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Discussion Starter · #1 ·
*this setup is not in a vehicle
Been working on setting up this rig for what will become R&D essentially, and I can't seem to get it to work...
Details;
-6ea 12v 35ah deep cycle sealed lead acid batteries wired in series for 72v pack.
-Motor is a Raymond 36v model 203-02-4005
-Controller is a curtis 1221m-6701

Like I said. After wiring it all up the motor doesn't seem to want to turn. Not sure if my issue is with the motor (do I need to modify it so I can over volt to 72v?). Or if my issue is the controller somehow... (do I need to buy a programmer to trouble shoot)?

Any help or insight would be greatly appreciated. I'm brand new to all of this (one of the reasons I'm starting out with this test setup) I have lots to learn for sure.
 

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Should be easy to narrow down, as you're using a series-wound DC motor.

Skip the controller, and just see if you can get the motor to spin using a single lead acid battery.

To make the motor spin, pretty simple, you should have 4 terminals. Electrically, the motor is just 2 coils. 2 of those terminals are the ends of one coil, the other 2 are the ends of the other coil. To temporarily wire it, you need to connect one wire from one coil, to a wire from the other coil. Doesn't matter which (it'll determine direction it spins). Then put + and - on the other two unoccupied terminals. The second you touch the last wire it's going to spark and start spinning the motor, so make sure the motor is chalked with something so it doesn't flip and roll away.

So, 4 terminals, call them A, B, C, D.
Coil 1 is A and B.
Coil 2 is C and D.

Connect either A or B to either C or D (doesn't matter). Suppose you connect B to C with a heavy wire (jumper cable, whatever). Then A and D become + and - (doesn't matter which).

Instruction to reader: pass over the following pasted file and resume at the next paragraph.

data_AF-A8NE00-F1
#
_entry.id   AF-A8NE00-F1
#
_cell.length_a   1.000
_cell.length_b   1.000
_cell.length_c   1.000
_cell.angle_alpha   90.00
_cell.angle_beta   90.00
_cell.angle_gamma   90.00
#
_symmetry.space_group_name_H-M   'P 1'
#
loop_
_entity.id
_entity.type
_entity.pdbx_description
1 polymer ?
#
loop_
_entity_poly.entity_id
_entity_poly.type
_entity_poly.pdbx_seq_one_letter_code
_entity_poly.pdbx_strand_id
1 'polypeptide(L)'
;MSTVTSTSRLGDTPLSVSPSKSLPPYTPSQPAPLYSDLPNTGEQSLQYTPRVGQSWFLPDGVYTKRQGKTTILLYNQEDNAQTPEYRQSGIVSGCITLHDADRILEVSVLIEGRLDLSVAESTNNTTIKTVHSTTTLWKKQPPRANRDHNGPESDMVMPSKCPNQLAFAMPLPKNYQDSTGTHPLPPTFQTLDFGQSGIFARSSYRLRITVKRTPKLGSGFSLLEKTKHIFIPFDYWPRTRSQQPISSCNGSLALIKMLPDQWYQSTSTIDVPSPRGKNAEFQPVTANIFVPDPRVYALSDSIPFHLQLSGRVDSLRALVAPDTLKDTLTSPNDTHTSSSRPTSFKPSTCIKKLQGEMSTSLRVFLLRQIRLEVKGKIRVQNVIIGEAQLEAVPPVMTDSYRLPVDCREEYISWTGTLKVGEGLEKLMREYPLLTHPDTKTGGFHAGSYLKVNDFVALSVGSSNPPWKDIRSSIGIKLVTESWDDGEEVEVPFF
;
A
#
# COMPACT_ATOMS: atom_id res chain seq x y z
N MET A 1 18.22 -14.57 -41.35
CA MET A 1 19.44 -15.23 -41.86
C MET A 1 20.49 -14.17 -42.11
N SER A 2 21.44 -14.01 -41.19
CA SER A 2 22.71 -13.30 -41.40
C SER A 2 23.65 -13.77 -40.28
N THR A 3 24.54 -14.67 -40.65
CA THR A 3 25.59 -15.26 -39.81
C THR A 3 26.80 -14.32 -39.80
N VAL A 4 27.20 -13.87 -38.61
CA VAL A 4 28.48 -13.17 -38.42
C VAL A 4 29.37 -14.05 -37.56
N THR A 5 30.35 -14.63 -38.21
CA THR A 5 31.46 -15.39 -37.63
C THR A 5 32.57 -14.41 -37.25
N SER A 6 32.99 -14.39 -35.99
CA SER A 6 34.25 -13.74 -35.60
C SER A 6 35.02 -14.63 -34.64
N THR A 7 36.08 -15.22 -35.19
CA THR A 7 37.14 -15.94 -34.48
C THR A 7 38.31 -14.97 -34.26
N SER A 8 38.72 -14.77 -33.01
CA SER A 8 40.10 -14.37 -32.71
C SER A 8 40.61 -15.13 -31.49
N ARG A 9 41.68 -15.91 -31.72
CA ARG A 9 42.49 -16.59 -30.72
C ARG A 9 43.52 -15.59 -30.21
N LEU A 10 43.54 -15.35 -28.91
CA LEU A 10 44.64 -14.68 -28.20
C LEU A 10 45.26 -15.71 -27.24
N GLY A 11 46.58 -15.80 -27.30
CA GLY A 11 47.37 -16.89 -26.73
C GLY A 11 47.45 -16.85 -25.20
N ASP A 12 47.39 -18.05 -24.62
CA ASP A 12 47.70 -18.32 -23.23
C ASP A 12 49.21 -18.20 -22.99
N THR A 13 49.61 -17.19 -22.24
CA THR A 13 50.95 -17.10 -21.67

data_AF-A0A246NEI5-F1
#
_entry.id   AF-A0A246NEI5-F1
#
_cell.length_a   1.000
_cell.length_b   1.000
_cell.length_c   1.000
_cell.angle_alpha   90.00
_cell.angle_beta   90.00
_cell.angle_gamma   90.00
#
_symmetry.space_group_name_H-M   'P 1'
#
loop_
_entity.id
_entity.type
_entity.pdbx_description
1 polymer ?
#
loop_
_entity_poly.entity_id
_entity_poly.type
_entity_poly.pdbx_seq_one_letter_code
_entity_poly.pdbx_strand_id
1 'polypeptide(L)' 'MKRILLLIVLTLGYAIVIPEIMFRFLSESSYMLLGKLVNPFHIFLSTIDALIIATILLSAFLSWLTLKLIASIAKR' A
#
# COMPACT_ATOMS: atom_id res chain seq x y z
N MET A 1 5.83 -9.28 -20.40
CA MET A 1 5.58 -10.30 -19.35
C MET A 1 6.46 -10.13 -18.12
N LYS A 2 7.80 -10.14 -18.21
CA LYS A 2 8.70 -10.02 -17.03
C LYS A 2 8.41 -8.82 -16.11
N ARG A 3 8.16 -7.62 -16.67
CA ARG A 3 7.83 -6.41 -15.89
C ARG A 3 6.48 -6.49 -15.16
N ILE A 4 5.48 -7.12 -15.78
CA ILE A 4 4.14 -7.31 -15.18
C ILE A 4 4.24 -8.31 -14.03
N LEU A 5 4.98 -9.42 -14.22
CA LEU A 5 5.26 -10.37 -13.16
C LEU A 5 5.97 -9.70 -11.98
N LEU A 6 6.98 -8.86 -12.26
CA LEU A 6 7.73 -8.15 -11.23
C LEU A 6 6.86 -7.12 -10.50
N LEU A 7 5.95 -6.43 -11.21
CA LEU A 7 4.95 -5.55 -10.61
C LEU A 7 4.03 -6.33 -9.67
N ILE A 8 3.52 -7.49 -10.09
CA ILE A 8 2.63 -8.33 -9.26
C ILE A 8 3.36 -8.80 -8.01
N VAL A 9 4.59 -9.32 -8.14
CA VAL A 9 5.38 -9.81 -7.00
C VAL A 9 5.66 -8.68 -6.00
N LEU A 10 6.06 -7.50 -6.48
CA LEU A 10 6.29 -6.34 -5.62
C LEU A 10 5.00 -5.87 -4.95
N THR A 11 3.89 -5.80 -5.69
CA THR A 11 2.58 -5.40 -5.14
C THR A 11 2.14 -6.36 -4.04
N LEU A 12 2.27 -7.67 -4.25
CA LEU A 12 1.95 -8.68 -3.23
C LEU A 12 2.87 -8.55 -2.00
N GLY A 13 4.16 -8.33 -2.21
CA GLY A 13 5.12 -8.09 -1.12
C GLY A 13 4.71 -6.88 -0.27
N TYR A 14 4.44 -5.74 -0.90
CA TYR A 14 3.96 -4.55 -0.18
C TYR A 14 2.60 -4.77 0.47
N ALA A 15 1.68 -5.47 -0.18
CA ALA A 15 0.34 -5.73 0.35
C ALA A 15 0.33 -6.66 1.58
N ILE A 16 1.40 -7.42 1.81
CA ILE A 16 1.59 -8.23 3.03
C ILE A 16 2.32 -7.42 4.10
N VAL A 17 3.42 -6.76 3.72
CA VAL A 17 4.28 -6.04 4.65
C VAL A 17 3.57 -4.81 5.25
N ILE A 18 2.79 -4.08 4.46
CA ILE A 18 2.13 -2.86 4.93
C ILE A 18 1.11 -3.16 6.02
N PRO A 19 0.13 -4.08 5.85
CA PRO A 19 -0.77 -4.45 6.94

When you make that last connection, I usually tap it, and expect sparks. The reason I tap is because my brain can't observe and react fast enough if something goes wrong. So I tap and then wait for my brain to catch up to my observations a couple seconds later. Then I might tap it for 1 second. Then if all's okay, I might hold it on for 3-5 seconds.

If the motor spins up, your motor is fine. (Your motor is almost certainly fine). If it doesn't spin up, you probably did something wrong and the motor is still fine.

If you can't figure out which terminals belong to which coil, it's not rocket science and it's not catastrophic if you get it wrong. You'll get sparks but no rotation (don't leave it that way for more than a second or two, power is still flowing). Just move one endpoint of the jumper wire to a different terminal (you'll have 2 choices and both will work). You could use an ohmmeter to measure which terminals have low resistance and are therefor the same coil, but, it's not a big deal. There are 6 possible ways to blindly connect your diagonal wire, 4 of those will work, 2 of those won't work. 67% chance of getting it right blindly.

AB wrong (same coil)
AC right
AD right
BC right
BD right
CD wrong (same coil)

The problem is almost certainly your controller or the way you've wired it. I have no advice on that, other than call for service or service manual or give us a lot more detail on how you've hooked it up.
 

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Discussion Starter · #3 ·
Thank you for the reply! After some tinkering I was able to pinpoint the issue. The wiring diagram seemed to indicate that the key switch needed to be wired to the 12v positive when in fact it needed the juice from the full battery pack. I just happened to notice it when watching some YouTube how to vids. Works great now!

Thanks again!
 
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